Or, if you don’t like angle, make a Top 10 list of your favorite books, movies or food. For those with darker dispositions, you can do the same thing with dislike lists.

It’s all about hidden insight that people can’t derive from genealogical records alone. Time capsules baby!

Extra credit: Write some Love Letters. Death, I believe, is much, much harder on the living than on the dearly departed. Hopefully, all of your significant others already know how much they mean to you. But that’s not always the case. And certainly, putting those thoughts down in writing now—and tucking them away—would make for a beautiful, comforting and lasting gift right when they need it the most and for years to follow.

That’s it! In just 5 hours (.0006 percent of the year’s total) you’ve now prepared a SUBSTANTIAL gift to the future.

And great news! You still have 8,755 hours remaining that you can waste or use in whatever way you’d like. The nice thing is you can spread it out. There will be plenty of rainy weekends or times when you don’t want to deal with other humans. By going through this list, you’ll have a little fun traveling down memory lane; you’ll make life easier for your family who have to clean up after you (it doesn’t matter how great you think you are, it’s a pain); and you’ll effectively be able to share and save a family history that will live on well after someone has cleaned your last load of laundry.

Now, on to The Herd for this month…

“The Hearth Herd” is a roundup (or “Herd”) of a few stories we’ve seen recently that we feel our fellow Houstorians would be interested in. The Herd’s content will generally focus on three things: 1) House and property history; 2) Family heirlooms; 3) Environmental sustainability. If you see something that you think belongs in The Herd, we’d love to hear from you!

Family History

Author: MyHeritage blog

Title: Create a Family Memory Jar for 2016

Herd-Worthy Because: “What is a family memory jar? It’s a glass jar or any container in which you can store family memories. It can be filled with short messages, everyday moments, photos or just about anything you want to preserve.” What a wonderful idea! Essentially, this is “Houstories” in a jar and an instant family heirloom. The day-to-day things are what makes a house a home.

 

Family Heirlooms

Author: Ancestry.com, The Family Curator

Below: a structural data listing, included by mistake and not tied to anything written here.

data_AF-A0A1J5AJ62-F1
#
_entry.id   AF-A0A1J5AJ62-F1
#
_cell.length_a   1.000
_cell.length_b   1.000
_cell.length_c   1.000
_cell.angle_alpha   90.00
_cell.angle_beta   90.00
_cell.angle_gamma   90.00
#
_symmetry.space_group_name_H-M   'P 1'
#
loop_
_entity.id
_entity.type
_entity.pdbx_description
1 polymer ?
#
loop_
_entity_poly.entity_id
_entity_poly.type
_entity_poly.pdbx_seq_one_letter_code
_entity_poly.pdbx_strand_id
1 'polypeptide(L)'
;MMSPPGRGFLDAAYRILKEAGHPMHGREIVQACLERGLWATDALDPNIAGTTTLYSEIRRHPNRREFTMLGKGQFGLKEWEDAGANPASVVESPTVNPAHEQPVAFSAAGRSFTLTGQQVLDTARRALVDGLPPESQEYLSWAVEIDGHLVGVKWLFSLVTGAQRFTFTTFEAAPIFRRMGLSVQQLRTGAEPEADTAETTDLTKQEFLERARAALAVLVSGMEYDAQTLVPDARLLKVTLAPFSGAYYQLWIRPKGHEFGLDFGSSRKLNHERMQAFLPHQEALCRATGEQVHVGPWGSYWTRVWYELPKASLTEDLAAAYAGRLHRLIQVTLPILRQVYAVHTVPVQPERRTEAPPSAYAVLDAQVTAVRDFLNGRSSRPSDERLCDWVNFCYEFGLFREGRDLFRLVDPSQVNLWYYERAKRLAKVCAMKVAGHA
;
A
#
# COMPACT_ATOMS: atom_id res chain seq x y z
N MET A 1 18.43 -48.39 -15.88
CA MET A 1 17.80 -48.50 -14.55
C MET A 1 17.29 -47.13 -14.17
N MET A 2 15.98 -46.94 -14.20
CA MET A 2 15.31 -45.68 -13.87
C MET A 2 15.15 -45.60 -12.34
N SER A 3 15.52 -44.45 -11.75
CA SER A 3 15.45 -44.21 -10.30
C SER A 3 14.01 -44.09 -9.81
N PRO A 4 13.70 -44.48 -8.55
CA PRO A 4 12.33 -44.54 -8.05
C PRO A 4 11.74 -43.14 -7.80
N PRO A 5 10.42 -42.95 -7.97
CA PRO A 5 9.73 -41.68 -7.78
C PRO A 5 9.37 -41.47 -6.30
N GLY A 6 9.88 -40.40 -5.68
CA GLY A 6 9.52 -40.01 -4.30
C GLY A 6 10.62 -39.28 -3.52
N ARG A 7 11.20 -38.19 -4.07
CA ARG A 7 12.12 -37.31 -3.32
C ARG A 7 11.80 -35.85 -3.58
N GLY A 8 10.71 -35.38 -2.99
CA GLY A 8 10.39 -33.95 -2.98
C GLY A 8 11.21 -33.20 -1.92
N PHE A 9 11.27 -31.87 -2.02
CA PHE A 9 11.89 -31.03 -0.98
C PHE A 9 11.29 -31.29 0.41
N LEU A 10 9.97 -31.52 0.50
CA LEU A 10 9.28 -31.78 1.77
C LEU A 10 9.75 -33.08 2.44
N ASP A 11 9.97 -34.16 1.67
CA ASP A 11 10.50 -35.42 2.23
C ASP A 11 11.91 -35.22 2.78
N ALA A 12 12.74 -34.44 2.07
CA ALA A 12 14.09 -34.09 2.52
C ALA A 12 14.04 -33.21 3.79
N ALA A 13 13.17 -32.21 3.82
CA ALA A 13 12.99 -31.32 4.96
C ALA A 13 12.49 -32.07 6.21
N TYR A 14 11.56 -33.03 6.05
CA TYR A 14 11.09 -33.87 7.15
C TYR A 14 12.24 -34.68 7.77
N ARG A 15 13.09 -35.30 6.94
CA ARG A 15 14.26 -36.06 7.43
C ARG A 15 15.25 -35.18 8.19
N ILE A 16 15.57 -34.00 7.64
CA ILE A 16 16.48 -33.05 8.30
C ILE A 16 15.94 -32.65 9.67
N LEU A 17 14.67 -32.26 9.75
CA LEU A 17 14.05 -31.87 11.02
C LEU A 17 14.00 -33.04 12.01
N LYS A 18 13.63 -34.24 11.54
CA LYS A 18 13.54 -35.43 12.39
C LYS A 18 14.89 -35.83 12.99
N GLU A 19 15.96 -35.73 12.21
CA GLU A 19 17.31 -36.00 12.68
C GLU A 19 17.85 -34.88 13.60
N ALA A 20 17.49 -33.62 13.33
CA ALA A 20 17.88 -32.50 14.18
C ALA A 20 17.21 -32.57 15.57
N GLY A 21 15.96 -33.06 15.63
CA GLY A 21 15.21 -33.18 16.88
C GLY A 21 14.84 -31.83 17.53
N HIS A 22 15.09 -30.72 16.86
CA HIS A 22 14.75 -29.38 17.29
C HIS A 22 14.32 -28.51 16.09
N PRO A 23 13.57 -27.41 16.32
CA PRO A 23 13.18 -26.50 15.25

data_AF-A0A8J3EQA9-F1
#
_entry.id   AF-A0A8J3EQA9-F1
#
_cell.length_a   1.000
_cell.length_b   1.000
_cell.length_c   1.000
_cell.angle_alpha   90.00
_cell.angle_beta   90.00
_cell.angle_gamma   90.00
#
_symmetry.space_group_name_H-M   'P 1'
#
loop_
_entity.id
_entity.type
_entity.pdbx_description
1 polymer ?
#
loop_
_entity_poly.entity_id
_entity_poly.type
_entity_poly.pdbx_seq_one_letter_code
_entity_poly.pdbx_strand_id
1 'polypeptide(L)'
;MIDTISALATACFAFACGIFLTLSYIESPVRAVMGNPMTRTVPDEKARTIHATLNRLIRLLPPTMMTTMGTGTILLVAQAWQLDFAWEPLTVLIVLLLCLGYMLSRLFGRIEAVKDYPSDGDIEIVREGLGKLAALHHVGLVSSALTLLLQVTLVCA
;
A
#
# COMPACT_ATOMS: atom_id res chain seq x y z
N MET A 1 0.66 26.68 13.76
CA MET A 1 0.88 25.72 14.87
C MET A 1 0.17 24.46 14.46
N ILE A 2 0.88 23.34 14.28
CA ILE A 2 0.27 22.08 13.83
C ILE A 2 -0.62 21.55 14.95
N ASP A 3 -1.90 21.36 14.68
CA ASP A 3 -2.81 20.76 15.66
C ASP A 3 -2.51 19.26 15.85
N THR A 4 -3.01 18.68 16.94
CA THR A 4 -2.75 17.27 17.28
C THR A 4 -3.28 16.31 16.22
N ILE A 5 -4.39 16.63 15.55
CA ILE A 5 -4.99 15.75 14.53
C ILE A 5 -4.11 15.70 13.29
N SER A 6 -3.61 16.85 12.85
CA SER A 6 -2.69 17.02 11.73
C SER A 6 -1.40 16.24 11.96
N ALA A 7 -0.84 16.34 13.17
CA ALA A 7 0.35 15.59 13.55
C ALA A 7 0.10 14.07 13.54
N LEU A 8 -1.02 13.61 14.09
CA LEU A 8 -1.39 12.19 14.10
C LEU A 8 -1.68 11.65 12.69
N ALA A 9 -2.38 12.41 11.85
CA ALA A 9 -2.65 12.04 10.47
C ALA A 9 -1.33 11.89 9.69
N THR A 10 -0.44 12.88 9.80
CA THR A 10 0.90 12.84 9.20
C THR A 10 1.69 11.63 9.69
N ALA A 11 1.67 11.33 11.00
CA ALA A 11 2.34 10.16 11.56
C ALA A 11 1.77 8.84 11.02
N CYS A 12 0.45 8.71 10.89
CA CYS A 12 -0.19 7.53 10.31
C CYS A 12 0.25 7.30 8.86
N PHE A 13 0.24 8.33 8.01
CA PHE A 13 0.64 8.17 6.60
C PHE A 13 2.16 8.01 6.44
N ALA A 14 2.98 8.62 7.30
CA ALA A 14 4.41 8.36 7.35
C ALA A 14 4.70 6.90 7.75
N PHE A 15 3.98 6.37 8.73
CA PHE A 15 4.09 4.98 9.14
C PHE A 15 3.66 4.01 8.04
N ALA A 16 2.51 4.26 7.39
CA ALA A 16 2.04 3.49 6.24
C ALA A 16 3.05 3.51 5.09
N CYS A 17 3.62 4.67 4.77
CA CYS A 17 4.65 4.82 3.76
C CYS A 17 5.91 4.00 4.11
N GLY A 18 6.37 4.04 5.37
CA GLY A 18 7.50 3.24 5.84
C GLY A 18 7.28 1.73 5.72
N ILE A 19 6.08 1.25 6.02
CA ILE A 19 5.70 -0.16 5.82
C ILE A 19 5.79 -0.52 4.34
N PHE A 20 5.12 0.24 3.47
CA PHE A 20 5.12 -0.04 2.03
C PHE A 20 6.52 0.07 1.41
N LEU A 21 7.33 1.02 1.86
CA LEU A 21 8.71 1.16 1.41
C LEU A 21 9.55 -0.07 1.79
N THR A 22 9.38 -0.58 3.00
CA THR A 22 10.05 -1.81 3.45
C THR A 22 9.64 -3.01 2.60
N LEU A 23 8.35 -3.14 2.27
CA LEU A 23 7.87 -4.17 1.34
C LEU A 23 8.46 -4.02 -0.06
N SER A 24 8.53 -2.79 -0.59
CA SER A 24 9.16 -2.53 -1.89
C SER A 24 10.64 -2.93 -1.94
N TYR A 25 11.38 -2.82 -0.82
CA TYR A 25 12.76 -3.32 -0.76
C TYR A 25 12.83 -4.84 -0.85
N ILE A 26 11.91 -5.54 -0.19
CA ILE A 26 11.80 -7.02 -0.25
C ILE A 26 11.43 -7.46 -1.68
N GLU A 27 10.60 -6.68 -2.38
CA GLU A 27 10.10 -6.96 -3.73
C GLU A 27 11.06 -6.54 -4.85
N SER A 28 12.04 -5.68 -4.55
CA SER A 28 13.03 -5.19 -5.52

Title: Plan Ahead: Protect Your Genealogy from Disaster

Herd-Worthy Because: Our good friend Denise Levenick wrote this last spring, but it’s still pertinent. Also, we appreciate her mentioning a certain service that we happen to be big fans of. “Digital images of photographs, family letters, and treasured heirlooms will never fully replace a lost keepsake, but pictures and stories can preserve the memories of a special piece of furniture, a quilt, or a framed photograph… After you’ve assembled your heirloom history, share it widely with family, friends, and other researchers. Consider uploading images and stories to genealogy sites such as Ancestry.com or to the online heirloom history site The Heirloom Registry.”

Let us know what you think. If not us, then let that guy next to you in bus know what you think. After that, call your mom and tell her how great the Houstory Hearth is. Or you can just leave a comment. 

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Junk vs family heirloom: How do you determine?

By Dan Hiestand, Houstory Marketing Guy

dan hiestand, houstory, heirloom registry, home history book

This week, I’d like to open up the floor to ask the question: How do you filter the clutter from the keepsakes?

I’ve seen this topic posted many times around online family heirloom communities, most recently in December in Eastman’s Online Genealogy Newsletter. (On a VERY related note, check out the Family Curator blog after you read this article. Denise Levenick has lots of great tips related to this).

For me, growing up as an Air Force brat, I moved three times. Compared to the transient nature of my four other brothers -— and particularly my oldest brother (and Houstory founder) Mike — this was nothing. He’s lived in more than a half dozen states.

My list was short: Alabama, Alaska, Washington state, done.

Since then, I’ve made up for lost time, living in a variety of places throughout the country and in Asia. Because of the lifestyle my wife and I have chosen (constant travel, shallow roots), moving has been both an expectation and a challenge.

However, one thing we both have no interest in is accumulating a lot of stuff. Our life plan is to move every few years, dabbling with new experiences and new locales. The last thing we desire is a bunch of items we don’t really need, want or have room for in the moving pod.

clutter, keepsake, family heirloom houstory, heirloom registry

Take a picture of your little “items.” This will save space, but the memories will be intact.

This has been a constant challenge because I’m the sentimental type, and a big fan of nostalgia. Every time we re-visit a town where we have lived, I have to go back and see the “old apartment,” or check out the corner grocery store where we shopped. My wife? Not so much. I’m the same way — to a degree — with my personal possessions. Particularly the ones with stories.

But even I have limits. You can only fill so many shoeboxes with knick-knacks before you have to say “enough is enough.” The main reason I like to preserve items is because they trigger memories (and I have a HORRIBLE memory), which explains why I was one of the founders of The Heirloom Registry. The true value in family heirlooms, in my opinion, are the stories they are associated with and the family history they help to draw forth.

So, what to do? One little trick I’ve turned to is taking pictures of things I don’t really have room for, but still want to remember. This saves space, but also keeps my  sad excuse for a memory from failing.